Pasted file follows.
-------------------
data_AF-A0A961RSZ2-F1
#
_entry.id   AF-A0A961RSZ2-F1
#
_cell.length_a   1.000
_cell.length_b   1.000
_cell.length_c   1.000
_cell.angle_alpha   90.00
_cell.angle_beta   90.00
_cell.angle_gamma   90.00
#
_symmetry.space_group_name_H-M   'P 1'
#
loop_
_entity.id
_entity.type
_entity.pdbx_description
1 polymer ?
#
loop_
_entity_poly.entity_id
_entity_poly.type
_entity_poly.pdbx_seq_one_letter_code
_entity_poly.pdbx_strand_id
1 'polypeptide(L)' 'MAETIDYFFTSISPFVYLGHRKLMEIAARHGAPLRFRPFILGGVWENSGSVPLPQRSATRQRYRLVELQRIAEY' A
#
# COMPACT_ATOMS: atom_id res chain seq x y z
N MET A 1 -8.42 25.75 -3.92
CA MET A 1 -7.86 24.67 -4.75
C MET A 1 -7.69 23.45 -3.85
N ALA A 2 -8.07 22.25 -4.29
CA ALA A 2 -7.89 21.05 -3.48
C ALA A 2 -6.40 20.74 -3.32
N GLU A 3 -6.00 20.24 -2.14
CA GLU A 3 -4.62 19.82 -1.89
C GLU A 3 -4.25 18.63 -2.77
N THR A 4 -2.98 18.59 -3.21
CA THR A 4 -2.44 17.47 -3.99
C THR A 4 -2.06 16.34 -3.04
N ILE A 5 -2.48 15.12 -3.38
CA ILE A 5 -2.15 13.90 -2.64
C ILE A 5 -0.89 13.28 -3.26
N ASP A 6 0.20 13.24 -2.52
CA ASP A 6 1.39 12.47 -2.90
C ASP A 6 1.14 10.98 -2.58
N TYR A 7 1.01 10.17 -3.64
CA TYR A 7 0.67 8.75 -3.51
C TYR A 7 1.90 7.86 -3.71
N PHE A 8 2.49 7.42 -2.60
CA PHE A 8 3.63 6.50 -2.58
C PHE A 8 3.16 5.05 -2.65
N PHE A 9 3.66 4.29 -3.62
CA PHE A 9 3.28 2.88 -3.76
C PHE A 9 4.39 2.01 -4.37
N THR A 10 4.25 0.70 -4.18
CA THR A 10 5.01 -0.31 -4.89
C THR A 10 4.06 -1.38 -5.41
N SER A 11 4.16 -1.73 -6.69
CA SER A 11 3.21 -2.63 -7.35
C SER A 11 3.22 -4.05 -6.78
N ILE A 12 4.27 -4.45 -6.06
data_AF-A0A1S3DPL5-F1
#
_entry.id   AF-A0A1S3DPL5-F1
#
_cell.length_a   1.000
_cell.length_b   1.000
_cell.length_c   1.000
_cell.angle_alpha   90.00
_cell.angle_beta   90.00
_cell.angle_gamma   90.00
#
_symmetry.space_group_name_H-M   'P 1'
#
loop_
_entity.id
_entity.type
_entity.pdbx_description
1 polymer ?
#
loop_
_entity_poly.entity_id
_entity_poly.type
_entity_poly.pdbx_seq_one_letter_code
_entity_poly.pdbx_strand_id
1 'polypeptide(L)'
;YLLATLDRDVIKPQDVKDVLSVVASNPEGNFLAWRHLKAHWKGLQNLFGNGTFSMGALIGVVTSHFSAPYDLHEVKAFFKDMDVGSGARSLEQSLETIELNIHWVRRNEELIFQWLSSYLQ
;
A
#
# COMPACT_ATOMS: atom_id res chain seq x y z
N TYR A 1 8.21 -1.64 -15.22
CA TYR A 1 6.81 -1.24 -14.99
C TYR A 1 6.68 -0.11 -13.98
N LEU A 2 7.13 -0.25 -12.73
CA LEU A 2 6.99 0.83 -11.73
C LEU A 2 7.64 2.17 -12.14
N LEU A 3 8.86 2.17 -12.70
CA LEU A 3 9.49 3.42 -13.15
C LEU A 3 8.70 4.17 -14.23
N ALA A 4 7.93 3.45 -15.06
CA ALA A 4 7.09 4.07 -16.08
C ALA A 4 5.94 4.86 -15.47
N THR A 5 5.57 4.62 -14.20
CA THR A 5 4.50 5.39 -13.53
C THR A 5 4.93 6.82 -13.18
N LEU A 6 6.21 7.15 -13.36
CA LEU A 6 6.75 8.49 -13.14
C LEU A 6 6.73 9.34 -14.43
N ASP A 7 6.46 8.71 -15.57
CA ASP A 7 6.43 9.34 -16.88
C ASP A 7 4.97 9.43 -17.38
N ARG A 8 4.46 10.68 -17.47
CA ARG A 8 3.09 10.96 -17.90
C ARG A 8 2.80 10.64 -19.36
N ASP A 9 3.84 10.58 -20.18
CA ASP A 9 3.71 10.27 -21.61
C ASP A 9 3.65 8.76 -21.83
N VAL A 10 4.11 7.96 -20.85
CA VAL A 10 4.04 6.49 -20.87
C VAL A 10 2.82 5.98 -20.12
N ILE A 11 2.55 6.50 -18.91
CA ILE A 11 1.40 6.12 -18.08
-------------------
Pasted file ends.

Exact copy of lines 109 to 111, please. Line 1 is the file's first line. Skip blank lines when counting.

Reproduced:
C LEU A 6 6.73 9.34 -14.43
N ASP A 7 6.46 8.71 -15.57
CA ASP A 7 6.43 9.34 -16.88